• G. You know how last year we worked in different cities during the week? I definitely do not take for granted how key he is to my happy life. I'm grateful for his sacrifices over the last year to help me move ahead with my dreams; we're tinkering with our arrangements to maximize our time together this year even as his travel schedule picks up. More about all that in an upcoming post but G is definitely someone who lights my world, still and always.
     

  • Trader Joe's Everything but the Bagel seasoning. I've gone through FOUR bottles of this stuff since I started using it in July. Try it on cottage cheese, avocado toast, veggies. I (obviously, embarrassingly, truly, madly, deeply) can't get enough.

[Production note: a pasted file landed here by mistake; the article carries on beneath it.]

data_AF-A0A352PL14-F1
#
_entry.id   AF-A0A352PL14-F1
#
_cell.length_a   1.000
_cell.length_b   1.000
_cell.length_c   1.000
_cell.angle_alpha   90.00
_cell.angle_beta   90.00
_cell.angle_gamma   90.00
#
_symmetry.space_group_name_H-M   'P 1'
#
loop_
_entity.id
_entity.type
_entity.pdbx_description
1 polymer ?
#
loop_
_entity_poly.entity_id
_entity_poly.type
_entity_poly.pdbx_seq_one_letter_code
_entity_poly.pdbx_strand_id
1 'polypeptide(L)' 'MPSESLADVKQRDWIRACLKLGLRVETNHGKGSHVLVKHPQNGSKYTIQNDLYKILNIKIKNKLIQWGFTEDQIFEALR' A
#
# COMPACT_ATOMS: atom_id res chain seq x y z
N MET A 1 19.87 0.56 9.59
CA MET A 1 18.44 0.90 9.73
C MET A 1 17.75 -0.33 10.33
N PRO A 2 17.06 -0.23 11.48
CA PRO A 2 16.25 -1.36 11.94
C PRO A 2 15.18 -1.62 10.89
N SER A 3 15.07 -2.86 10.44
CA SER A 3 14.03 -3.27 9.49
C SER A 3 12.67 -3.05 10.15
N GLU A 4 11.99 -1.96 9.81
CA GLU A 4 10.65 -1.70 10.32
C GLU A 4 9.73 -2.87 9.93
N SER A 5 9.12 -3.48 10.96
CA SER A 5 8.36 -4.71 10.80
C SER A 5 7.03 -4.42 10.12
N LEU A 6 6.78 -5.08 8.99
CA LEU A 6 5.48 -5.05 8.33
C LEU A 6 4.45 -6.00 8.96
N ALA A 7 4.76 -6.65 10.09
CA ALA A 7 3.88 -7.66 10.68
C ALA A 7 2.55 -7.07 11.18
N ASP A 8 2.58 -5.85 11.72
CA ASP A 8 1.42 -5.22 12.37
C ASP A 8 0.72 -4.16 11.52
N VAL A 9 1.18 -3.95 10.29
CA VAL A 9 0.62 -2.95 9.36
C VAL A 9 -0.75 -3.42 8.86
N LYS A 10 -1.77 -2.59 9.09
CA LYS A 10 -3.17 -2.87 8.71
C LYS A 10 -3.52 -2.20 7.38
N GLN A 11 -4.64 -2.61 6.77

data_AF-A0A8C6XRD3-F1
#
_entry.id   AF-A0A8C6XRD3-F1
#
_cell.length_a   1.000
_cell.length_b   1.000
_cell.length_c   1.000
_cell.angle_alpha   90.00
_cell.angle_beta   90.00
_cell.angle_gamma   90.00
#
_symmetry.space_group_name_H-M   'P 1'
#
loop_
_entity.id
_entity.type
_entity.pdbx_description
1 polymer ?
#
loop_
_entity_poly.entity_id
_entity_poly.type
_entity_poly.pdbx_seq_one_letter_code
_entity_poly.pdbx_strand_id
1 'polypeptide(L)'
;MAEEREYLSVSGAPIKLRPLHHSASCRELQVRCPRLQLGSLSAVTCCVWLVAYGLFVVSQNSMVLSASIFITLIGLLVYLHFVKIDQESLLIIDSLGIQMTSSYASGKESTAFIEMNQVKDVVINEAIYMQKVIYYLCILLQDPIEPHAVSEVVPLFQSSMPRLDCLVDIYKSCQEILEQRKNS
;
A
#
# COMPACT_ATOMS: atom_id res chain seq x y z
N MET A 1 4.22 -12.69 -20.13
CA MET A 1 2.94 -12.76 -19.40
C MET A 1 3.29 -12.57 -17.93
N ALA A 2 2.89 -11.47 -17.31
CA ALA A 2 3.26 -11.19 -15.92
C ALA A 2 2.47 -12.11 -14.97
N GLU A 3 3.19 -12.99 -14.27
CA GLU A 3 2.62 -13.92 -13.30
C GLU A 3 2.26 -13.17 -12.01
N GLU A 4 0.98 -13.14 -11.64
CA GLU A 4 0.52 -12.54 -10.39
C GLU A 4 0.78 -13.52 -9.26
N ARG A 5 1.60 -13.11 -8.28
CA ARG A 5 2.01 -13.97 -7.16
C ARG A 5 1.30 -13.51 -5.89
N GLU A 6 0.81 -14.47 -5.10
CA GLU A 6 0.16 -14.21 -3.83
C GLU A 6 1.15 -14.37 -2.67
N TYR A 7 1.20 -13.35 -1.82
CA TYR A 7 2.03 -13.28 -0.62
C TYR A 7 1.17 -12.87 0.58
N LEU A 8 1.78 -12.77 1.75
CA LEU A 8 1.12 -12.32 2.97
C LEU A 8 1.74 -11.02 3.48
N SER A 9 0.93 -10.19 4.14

• Just started listening to the Audible book format of Kelly Corrigan's Tell Me More, just released today. We have been outspoken Kelly Corrigan fans since day one and nothing beats listening to her read her own writing. Such a treat. I nominate her as the patron saint of Nesters & Launchers. (And, I just saw when I added that link, I already said that patron saint comment in another earlier post about her almost five years ago. Must be true, then!)

[This post also appeared on Nest and Launch.]

You are Here! Meanwhile...

Hello, friends. It's been a minute (or a million), hasn't it?!  What a ride January-July 2017 was! Humbling and wonderful and exhausting and faith-blooming and stretchy and rewarding and can-I-do-this and yes.

I finished my inaugural profess-ing semester in May and, between that and our international move and the changes in our family I just now feel like I'm emerging from a cave into the bright sunlight. (I was going to say cocoon but I'm not sure I can claim the majesty of a butterfly at this point.)